There are only two entries in my journal from the last four months of 1996. One was written in September, and the other I wrote while sitting on a train 3 months later. The reason for the gap is partly explained by a sober decision I made in September to not be sober for a while.
In September 1996, I had just returned from a year in Austin. It had been a year of incredible highs, and the lowest of the lows. In the previous 12 months I had chanced upon an amazing new city called Austin, with sunshine, margaritas, and beautiful girls that were attracted to me. I’d made a lot of new friends, I had more confidence in myself, and I’d just spent the summer traveling around America with my best mate Nelly. But at the same time, my wee brother Andy had died.
I came back home a very different person. But home had changed too. My family had changed. Whereas before we had always been four, now we were three. I wasn’t ready for it.
We had a small party at our house for my 21st birthday a couple of days after I flew home to Glasgow. It was the first time I’d seen many of my friends and family since the funeral. There was so much I wanted to tell them about Austin and everything else, but I couldn’t find the words. I must have been asked the same question a dozen times: “How does it feel to be back?” and I didn’t know what to say.
It’s hard to describe how disoriented I felt. It was dreamlike to be back in Scotland, almost like an out of body experience. My head was spinning, and it felt like everything else was spinning too, but at different speeds.
My fourth and final year at Edinburgh University was due to start in October 1996. I had thought that I would be sharing a flat with the same three guys from 2nd year, but they told me that they didn’t want that arrangement to continue. I don’t remember when or how they told me, and it was never an issue. Fortunately for me, a room opened up in Nelly’s flat with our school friend Craigy, and I moved in with them.
It was a great flat, on the top floor of an old building in Edinburgh’s Old Town, next to the Queens Hall, with a view of Salisbury Crags. The flat in Shallow Grave always reminds me of it. Nelly was also in his final year at the Law School, and Craigy was managing a bar in the New Town called The Watershed.
I don’t really have a lot of specific memories from those last few months of 1996. But I do have these two journal entries. When I first had the idea to write UnReidable, I thought that I would just be typing up a lot of my old journals and putting them online with a little introduction. Pretty easy I thought. But for several reasons it hasn’t turned out that way, and so the writing has been more reflective as a result. But for this chapter, I’m just going to open up the journal and let you see where my unfiltered mind was at the time.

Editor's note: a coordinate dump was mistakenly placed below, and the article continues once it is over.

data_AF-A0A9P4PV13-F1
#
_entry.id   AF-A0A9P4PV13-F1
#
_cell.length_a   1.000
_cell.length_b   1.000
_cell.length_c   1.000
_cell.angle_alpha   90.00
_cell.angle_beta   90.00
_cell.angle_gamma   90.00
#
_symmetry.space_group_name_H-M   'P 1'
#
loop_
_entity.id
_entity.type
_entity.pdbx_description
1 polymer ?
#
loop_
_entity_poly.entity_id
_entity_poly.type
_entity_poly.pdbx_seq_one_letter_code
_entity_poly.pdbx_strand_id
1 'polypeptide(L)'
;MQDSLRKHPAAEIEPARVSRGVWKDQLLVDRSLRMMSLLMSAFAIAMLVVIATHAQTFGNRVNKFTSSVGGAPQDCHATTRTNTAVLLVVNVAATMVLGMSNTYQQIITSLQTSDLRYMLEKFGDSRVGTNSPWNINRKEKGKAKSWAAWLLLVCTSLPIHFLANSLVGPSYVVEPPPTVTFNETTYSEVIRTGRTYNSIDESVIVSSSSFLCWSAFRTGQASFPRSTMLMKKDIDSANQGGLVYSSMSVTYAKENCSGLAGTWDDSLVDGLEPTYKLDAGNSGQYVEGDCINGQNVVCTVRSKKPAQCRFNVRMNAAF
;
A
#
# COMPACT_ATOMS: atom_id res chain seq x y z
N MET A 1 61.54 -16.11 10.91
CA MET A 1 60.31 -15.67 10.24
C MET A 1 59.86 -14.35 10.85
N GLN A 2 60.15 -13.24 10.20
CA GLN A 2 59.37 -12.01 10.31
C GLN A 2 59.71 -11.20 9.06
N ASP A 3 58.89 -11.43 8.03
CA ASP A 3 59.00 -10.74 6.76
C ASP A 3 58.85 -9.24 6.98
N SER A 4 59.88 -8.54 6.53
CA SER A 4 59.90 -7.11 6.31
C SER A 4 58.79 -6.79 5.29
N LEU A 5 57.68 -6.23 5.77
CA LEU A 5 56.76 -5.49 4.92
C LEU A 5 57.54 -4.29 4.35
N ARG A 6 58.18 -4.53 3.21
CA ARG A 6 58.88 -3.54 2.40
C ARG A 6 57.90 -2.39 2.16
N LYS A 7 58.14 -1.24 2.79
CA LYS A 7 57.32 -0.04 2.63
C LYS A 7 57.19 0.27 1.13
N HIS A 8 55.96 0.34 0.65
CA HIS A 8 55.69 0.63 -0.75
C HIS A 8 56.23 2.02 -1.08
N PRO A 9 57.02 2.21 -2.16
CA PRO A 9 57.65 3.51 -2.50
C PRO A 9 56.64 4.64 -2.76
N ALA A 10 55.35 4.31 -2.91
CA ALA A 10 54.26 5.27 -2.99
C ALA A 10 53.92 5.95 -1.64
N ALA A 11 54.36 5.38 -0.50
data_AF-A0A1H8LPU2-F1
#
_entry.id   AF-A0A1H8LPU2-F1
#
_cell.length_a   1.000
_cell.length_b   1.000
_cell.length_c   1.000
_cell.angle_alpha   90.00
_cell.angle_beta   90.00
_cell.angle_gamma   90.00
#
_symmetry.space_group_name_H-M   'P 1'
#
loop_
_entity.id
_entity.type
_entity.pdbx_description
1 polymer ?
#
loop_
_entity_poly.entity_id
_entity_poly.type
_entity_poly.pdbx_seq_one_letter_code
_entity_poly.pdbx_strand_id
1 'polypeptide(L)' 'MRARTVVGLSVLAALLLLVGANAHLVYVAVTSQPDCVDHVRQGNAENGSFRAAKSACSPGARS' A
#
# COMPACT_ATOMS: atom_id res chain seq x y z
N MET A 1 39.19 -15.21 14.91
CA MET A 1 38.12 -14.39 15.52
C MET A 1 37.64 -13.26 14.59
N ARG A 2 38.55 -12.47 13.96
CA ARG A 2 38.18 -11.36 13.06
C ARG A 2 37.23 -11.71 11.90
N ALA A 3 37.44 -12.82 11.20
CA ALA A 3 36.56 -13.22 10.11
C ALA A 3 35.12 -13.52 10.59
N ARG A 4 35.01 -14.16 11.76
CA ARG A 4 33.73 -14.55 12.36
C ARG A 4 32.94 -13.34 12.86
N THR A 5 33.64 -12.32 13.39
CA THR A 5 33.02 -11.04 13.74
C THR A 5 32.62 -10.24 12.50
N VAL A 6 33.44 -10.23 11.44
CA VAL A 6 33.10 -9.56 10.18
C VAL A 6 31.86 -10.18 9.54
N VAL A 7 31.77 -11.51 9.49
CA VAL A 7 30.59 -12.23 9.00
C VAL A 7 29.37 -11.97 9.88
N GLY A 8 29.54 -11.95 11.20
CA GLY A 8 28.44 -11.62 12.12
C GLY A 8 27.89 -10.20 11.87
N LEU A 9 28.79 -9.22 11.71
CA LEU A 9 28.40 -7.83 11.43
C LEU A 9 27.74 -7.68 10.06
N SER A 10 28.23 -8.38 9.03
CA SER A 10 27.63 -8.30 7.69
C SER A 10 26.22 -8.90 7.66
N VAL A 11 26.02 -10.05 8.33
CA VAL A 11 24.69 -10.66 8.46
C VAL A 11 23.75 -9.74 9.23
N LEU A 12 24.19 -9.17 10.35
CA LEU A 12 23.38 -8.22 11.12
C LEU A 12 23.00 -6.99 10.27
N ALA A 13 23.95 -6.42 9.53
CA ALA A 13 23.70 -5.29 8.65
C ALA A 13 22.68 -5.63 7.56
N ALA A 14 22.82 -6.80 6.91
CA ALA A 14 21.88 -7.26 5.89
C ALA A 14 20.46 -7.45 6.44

So in this first entry, I’m writing about the month of September 1996, and pondering the imminent start of University. I do find it quite hard to read this, because although I don’t remember the details, I do remember my state of mind. And I remember making the decision to drink.
It wasn’t because I didn’t want to feel anything. It was because I didn’t want to feel sad. Most of the time, I think I was a happy drunk. I was never angry or aggressive. I was a clown. And a lot of the time it was fun. I think what I’m trying to say is that yes this was a dark period, but it wasn’t without its moments of joy and laughter. Anyway, this is what I wrote in September 1996:
September 24, 1996
We’re well into September now as I write this. Tuesday 24th September, 10.25pm to be exact. Unfortunately I have been lacking such specificity during the last few weeks as I have been becoming perilously close to being an alcoholic. To be honest, I’m still hanging on by my fingertips, and with Fresher’s Week next Monday, it’s going to be hard to pull myself up for a while.
I don’t know if I can be specific at all about the last month. Many days were spent at home, sleeping till 1, watching music videos and going to bed at 3am. There were a few big nights in Glasgow: my 21st when I met Kathleen and Shifty in Reds, the Cricket Dinner where we ended up in The Arches, a night out with Gail, and a couple of games of footy with Dougie and Scott.
I managed to get my job back at Finnegans in Edinburgh, though I did my best to fuck things up and have had a few tickings off from Dave, not unfairly. Last Friday and Saturday I worked but Thursday before that was a good night out with Jigsy, Claudia, Nelly, Craigy, Jonny, Leo, and Hammy. This time Nelly gave me a ticking off for getting too drunk. Not good.
Musically, Shed 7 have been on the turntable regularly, as have Kula Shaker and Oasis of course. I also have a Gene concert to look forward to next month.
I’m in the process of moving all my stuff through to Edinburgh now, I’ve just had my courses picked, and I’ve lost about a stone in weight, (see alcohol).